Reflection for Trinity 12, Sunday 30th August

“Take up thy cross,” the Saviour said, “If thou would’st my disciple be.”

Familiar words from the Lenten hymn that is based on today’s gospel. But what is wrong with that statement, “take up your cross”?

You are right, as you always are! It is the cross.

At the time that Jesus was speaking, the cross hadn’t happened. To his listeners, the cross was still nothing but a Roman instrument of torture over there in Jerusalem, for thieves and troublemakers, designed to promote a healthy sense of terror in the whole population. Indeed, the Jewish form of capital punishment was stoning, so the cross to Palestinian fishermen was a very foreign concept indeed.

If Jesus planned to use that phrase, he would have had to explain to his disciples that the cross was about to become the means of salvation and would soon be symbolic of enduring suffering, and a token of great love and steadfastness. There can be no doubt that this is the meaning of what Jesus was saying, but would he have used the word? He doesn’t anywhere else.

So it seems the phrase has been slipped in by the writer from common usage – because the content of what Jesus is saying seems to call for it.

But what’s most intriguing is that the gospel writers do use the phrase, seemingly without thought about this problem of chronology. The phrase, “take up you cross” must have become a common expression very early on amongst Christians; so much so, that Matthew, Mark and Luke all see it as one of clearest expressions of the teachings of Jesus about suffering. The cross – not used in the first decades as a symbol in Christian art – has now become so pre-eminent in the expression of the victory of the Suffering Servant, that no one thinks it a problem at all to assume the phrase originated with Jesus.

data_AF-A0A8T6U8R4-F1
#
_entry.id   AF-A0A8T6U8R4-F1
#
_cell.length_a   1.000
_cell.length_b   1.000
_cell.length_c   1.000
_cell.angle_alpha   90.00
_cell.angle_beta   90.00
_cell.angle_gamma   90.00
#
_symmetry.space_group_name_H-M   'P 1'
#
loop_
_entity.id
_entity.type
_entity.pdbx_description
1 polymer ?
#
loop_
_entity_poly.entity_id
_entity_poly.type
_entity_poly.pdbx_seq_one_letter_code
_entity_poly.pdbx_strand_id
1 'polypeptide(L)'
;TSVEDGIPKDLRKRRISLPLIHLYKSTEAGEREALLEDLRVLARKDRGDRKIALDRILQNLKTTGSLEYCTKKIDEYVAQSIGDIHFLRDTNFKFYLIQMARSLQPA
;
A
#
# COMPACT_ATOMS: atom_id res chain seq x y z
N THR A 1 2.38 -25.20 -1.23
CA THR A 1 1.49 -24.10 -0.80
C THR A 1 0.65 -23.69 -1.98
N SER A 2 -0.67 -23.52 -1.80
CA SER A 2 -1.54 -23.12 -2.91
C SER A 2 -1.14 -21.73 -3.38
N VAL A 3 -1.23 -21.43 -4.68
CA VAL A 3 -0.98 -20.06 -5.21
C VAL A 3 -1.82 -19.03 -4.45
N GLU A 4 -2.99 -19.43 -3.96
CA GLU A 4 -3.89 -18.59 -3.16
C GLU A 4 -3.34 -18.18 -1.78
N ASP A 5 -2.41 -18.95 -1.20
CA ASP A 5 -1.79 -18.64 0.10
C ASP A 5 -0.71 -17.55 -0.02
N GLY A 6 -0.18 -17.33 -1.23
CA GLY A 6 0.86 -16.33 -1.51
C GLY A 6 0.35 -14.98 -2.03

For Matthew, the fact that Jesus starts to speak about suffering and hardship immediately after Peter recognises him as the Son of God, is crucial. This is God at work; but just as soon as that is acknowledged, Jesus begins to speak of suffering and death – and Peter’s human fears and revulsion get the better of him. This is the most natural response to this seemingly new ingredient to the faith Jesus is teaching: “God forbid that this should happen to you!” This isn’t the way Jesus’ disciples pictured things unfolding at all.

And there, in the self-same passage, is the evidence that the People of the Way, the first Christians, had so soon taken very much to heart what Peter had found so hard to swallow.

“Take up your cross.”

The very thing that speaks of shame, rejection, failure and pain, has become the battle-cry of this faith, this New Testament, by the time the gospels are being written – as little as 30 years later.

And why?

Because that was their (and is our) true experience of life – that pain, struggle and grief are never far away. And a God who we can turn to and trust must be a God who is indeed a person of sorrows and acquainted with grief. We can take up our cross, because Jesus takes it up too.

So let us not sanitise our faith, or sentimentalise the cross. It is both a deeply unpalatable instrument of death, and the greatest symbol of hope the universe has ever seen. Jesus demands a huge commitment from us in embracing this denial of self and security – yet there is no path to the fullness of life that doesn’t steer us first to the foot of the cross.

Peter, and all Jesus’ followers, learned to cling to the very thing that they most dreaded – that in dying, we are born to eternal life.


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